I highly recommend We Have Always Lived in the Castle. It received the elusive 5-star rating from me, and I guarantee it will be in my top books of the year. It sits at the number one spot currently, but no promises as I still have a couple of months of reading.

Have you read We Have Always Lived in the Castle? If so, what did you think? If not, get on it already! 

Sunday, October 14, 2012

It-Along Final Post


I finished IT just in time--about 3 hours ago. Nothing like cutting it close. I've been so lame at my past readalongs that by the time I finish the book, everyone else has moved on. That's no fun. So, since I'm still trying to wrap my head around this massive book, I'll just list a few random thoughts.
  • This book was not nearly as terrifying as I expected. There were several times that I read it at night and had no creepy dreams. I even read the big scene in the IT's lair around midnight last night and slept just fine.
  • Stephen King writes some amazing characters. I preferred ITs characters to The Stand. Maybe because they were kids and less annoying (except for maybe Richie--I wasn't a fan). It was easier to keep track of this cast of characters, and I cared about them more.
  • I was surprised to find how much of the story took place in the past. The entire story was basically back story leading up to two days (and not many pages) in the present.
  • The ending was a bit of a letdown. I didn't know the form that IT would take, but as I'm not particularly afraid of that kind of creature, I think the clown was creepier.
  • The Bill and Bev thing pissed me off. HE WAS MARRIED! Seriously! What is wrong with you people?! It was unnecessary to the plot. Not really sure why King chose to go there. And to Bev--Ben is so much better and he still has his hair (though I don't think highly of his fashion sense).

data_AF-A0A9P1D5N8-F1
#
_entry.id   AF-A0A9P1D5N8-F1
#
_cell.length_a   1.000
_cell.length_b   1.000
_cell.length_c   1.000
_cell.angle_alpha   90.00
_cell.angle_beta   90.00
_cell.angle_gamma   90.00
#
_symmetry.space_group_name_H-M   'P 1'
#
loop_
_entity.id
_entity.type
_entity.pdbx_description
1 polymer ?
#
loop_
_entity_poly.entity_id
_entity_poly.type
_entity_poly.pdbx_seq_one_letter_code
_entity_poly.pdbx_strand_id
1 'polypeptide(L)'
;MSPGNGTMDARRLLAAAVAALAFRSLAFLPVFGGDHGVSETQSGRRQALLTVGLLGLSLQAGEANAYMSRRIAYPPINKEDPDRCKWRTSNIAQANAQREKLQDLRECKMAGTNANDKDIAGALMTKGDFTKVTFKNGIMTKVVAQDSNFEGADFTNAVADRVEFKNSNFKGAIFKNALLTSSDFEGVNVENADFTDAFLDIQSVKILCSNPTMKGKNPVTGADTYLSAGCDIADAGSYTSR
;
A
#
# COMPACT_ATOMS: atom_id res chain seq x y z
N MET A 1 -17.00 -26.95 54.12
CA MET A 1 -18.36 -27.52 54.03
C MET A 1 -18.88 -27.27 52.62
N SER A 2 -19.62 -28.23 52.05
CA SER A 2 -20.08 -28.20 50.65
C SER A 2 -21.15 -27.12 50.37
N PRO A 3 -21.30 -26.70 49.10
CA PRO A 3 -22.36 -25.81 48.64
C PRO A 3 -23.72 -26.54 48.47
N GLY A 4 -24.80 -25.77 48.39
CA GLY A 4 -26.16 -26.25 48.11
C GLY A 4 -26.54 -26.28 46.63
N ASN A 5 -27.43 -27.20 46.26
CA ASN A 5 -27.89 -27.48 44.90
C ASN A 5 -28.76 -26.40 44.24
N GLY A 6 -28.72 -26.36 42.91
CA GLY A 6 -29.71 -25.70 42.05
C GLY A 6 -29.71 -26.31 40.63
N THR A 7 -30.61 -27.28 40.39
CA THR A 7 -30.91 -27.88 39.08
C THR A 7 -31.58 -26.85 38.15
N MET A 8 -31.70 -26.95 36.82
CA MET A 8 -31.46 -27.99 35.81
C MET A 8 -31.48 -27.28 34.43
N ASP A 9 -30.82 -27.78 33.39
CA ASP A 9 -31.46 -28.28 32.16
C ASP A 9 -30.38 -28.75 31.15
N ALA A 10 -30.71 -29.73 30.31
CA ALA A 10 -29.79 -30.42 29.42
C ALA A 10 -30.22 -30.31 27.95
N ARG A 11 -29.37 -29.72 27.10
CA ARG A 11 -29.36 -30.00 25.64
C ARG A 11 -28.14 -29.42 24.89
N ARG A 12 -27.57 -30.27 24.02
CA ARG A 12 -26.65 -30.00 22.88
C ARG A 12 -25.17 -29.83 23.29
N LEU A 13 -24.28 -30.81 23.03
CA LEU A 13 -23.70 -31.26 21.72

• The plot line with Bev's husband was anticlimactic. He made such a big deal to get to Derry that I expected this big showdown (I was hoping Ben would give him a beat down [not that I generally approve of such things, but he had it coming]). He died off page, and I almost missed the mention of it.
  • The scene where they all express their love or whatever that was supposed to be after their first time attacking IT, made my skin crawl. I felt dirty reading it. How old are they?! I thought they were like 11 or something.
  •  I loved Ben (hence the note to Bev above). He was my favorite character. Just so quiet, but strong. Never selfish.
So, that's the end of my random thoughts on IT. I'm glad I read it. There was of course, King's trademark verbosity, and some parts that I didn't care for, but when compared to the other few King books I've read, this is my favorite.

Wednesday, October 3, 2012

Banned Book Week: Lord of the Flies and Giveaway

Sheila of Book Journey is running a week-long event over on her blog for Banned Book Week. For more posts and giveaways, stop by her blog and check it out.

In honor of Banned Book Week, I am reviewing Lord of the Flies by William Golding. The premise of this book is widely known. A group of young boys end up stranded on an island. No adults around. I'm sure you can imagine what happens next.